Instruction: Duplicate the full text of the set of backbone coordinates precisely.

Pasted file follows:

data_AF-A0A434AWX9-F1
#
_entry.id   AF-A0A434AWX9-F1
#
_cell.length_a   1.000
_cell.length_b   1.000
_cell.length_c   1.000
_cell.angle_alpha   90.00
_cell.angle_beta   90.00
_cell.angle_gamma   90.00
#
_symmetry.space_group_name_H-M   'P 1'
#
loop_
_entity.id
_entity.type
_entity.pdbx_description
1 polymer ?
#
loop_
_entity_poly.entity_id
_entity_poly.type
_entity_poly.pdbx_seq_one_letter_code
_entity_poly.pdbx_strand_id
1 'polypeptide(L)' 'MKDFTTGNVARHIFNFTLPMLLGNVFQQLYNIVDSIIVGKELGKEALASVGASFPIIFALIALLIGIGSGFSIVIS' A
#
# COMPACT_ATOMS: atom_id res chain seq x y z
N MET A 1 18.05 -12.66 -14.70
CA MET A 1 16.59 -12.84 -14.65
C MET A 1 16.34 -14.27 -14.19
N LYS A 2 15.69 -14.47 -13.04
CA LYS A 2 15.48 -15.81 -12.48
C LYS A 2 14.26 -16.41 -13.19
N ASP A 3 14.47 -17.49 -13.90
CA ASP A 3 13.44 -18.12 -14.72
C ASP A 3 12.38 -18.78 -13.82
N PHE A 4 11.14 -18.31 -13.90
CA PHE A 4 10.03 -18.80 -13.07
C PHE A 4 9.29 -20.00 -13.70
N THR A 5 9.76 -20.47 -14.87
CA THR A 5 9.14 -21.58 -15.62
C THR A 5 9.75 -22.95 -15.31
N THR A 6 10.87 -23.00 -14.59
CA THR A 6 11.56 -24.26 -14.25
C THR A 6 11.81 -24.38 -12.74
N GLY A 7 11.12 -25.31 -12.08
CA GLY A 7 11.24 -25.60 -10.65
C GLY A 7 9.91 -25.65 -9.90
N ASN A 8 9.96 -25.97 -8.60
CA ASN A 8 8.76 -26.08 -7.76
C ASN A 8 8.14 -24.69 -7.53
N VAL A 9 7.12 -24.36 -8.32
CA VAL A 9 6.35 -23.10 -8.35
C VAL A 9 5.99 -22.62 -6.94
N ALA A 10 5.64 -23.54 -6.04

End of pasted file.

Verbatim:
data_AF-A0A434AWX9-F1
#
_entry.id   AF-A0A434AWX9-F1
#
_cell.length_a   1.000
_cell.length_b   1.000
_cell.length_c   1.000
_cell.angle_alpha   90.00
_cell.angle_beta   90.00
_cell.angle_gamma   90.00
#
_symmetry.space_group_name_H-M   'P 1'
#
loop_
_entity.id
_entity.type
_entity.pdbx_description
1 polymer ?
#
loop_
_entity_poly.entity_id
_entity_poly.type
_entity_poly.pdbx_seq_one_letter_code
_entity_poly.pdbx_strand_id
1 'polypeptide(L)' 'MKDFTTGNVARHIFNFTLPMLLGNVFQQLYNIVDSIIVGKELGKEALASVGASFPIIFALIALLIGIGSGFSIVIS' A
#
# COMPACT_ATOMS: atom_id res chain seq x y z
N MET A 1 18.05 -12.66 -14.70
CA MET A 1 16.59 -12.84 -14.65
C MET A 1 16.34 -14.27 -14.19
N LYS A 2 15.69 -14.47 -13.04
CA LYS A 2 15.48 -15.81 -12.48
C LYS A 2 14.26 -16.41 -13.19
N ASP A 3 14.47 -17.49 -13.90
CA ASP A 3 13.44 -18.12 -14.72
C ASP A 3 12.38 -18.78 -13.82
N PHE A 4 11.14 -18.31 -13.90
CA PHE A 4 10.03 -18.80 -13.07
C PHE A 4 9.29 -20.00 -13.70
N THR A 5 9.76 -20.47 -14.87
CA THR A 5 9.14 -21.58 -15.62
C THR A 5 9.75 -22.95 -15.31
N THR A 6 10.87 -23.00 -14.59
CA THR A 6 11.56 -24.26 -14.25
C THR A 6 11.81 -24.38 -12.74
N GLY A 7 11.12 -25.31 -12.08
CA GLY A 7 11.24 -25.60 -10.65
C GLY A 7 9.91 -25.65 -9.90
N ASN A 8 9.96 -25.97 -8.60
CA ASN A 8 8.76 -26.08 -7.76
C ASN A 8 8.14 -24.69 -7.53
N VAL A 9 7.12 -24.36 -8.32
CA VAL A 9 6.35 -23.10 -8.35
C VAL A 9 5.99 -22.62 -6.94
N ALA A 10 5.64 -23.54 -6.04